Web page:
When I am asked for the names of appropriate successors to Cardinal Newman in the twentieth century, I answer, first, G.K. Chesterton as author, secondly, Fr. Martin D’Arcy as theologian, and thirdly, Ronnie Knox (as he was known known to his friends) as preacher. Then, if I have to make my choice among them, I plump for the third.
Sadly, I arrived too late at Campion Hall (in 1950) for either Fr. Knox as chaplain or Fr, D’Arcy as Master. The golden days for Catholics at Oxford had been in the late 1930s, before the outbreak of World War II, when Fr. D’Arcy had reigned supreme as Master of Campion Hall, and Fr. Knox had been similarly supreme at the Newman chaplaincy next door. All the same, during my four years at the Hall, Fr. Knox would come once a term to give one of his popular conferences at the chaplaincy for the Sunday Mass. Like Newman, he read from what he had prepared, but his delivery was such that one hardly realized he was reading, and what he had written was presented in a colloquial style. He always looked into the eyes of his congregation. What he wrote was subsequently published under the title of The Hidden Stream with reference to the way the Isis (as the Thames is called at Oxford) broke into several streams, one of them passing just under the road past the chaplaincy.
Of course, when he was giving these conferences, I was merely one among the many faces in his congregation, and I had no opportunity of meeting him or speaking with him or even shaking his hand. On one occasion, however, he was invited by the Master to take lunch with us at Campion Hall, and I happened to be up a step-ladder in the library as he was being led through the library to the dining-room beyond. On passing by the step-ladder, the Master stopped and kindly introduced our visitor to me, in such a way that all I could say was, “How d’you do?” I forget what he said, if anything. But that was the one personal “brush” between him and myself, which I ever prize among my memories of “the Great” with whom I have brushed.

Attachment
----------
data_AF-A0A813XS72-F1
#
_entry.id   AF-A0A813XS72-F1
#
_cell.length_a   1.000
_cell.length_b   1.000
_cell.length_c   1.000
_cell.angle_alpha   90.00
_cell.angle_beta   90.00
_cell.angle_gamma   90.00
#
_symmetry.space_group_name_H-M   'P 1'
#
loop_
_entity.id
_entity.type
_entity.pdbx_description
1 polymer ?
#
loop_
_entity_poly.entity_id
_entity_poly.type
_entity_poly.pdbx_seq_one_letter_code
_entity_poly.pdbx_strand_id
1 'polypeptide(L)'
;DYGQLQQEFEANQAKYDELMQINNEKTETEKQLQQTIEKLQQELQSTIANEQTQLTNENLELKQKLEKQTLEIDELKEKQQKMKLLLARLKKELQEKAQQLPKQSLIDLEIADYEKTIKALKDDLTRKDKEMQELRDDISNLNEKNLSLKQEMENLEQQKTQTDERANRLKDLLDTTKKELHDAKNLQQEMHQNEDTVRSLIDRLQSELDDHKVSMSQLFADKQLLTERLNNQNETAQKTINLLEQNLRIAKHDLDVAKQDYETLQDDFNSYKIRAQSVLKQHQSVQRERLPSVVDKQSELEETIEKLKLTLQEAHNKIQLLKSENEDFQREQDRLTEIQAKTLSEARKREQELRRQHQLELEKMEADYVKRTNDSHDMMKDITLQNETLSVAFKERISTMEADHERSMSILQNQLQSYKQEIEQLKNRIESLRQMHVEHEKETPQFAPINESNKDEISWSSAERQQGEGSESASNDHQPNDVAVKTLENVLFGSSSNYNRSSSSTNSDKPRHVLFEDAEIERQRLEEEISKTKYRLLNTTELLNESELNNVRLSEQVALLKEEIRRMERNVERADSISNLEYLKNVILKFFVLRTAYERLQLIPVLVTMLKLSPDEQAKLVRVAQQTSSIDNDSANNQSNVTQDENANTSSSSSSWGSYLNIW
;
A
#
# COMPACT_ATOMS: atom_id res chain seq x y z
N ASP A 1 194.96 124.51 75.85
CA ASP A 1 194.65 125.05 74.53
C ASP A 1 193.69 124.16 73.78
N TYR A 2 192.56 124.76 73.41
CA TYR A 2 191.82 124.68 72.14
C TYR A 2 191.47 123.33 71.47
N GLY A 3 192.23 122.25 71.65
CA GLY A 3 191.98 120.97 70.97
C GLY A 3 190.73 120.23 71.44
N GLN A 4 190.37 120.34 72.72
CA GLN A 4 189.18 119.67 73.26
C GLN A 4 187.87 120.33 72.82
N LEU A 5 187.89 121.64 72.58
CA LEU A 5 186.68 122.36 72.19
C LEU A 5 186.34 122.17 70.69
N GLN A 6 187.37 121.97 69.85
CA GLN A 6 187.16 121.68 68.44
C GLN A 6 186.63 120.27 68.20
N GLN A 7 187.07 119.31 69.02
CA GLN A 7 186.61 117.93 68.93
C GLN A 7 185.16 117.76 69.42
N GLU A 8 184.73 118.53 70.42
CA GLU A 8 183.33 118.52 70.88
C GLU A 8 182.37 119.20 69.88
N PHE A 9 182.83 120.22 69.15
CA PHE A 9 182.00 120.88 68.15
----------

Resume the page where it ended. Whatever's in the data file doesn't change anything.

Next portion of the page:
Subsequently, when I went to Japan on graduation and began teaching catechism to some of my students at Sophia University, I used The Hidden Stream as my textbook, with such alterations as I deemed suited to my Japanese surroundings. I went on to publish my Japanese adaptations in a little book entitled An Introduction to Christianity in both my original English and the Japanese translation. Yet more subsequently, I have had the honor of visiting his former dwelling at Mells in Somerset, where he had stayed at the house of Lady Asquith – at the invitation of another Lady Asquith. While there, I was able to meet the aged earl, who had laid the foundation stone of Campion Hall in 1934, to say Mass at the little chapel where Knox had said Mass and to pay my respects at his nearby grave.
Peter Milward is an English Jesuit who has been teaching English literature at Sophia University in Japan since 1954. He is now "emeritus", which means either "superannuated" or "useless" or "put out to graze". His hobby is writing books. (the author)
Father Milward has written dozens of books on English literature, most especially on Shakespeare, including Shakespeare the Papist, with G.M.Hopkins taking a distant second, A Lifetime with Hopkins.
Read an article on Father Milward's pioneering work in the study of Shakespeare's Catholicism.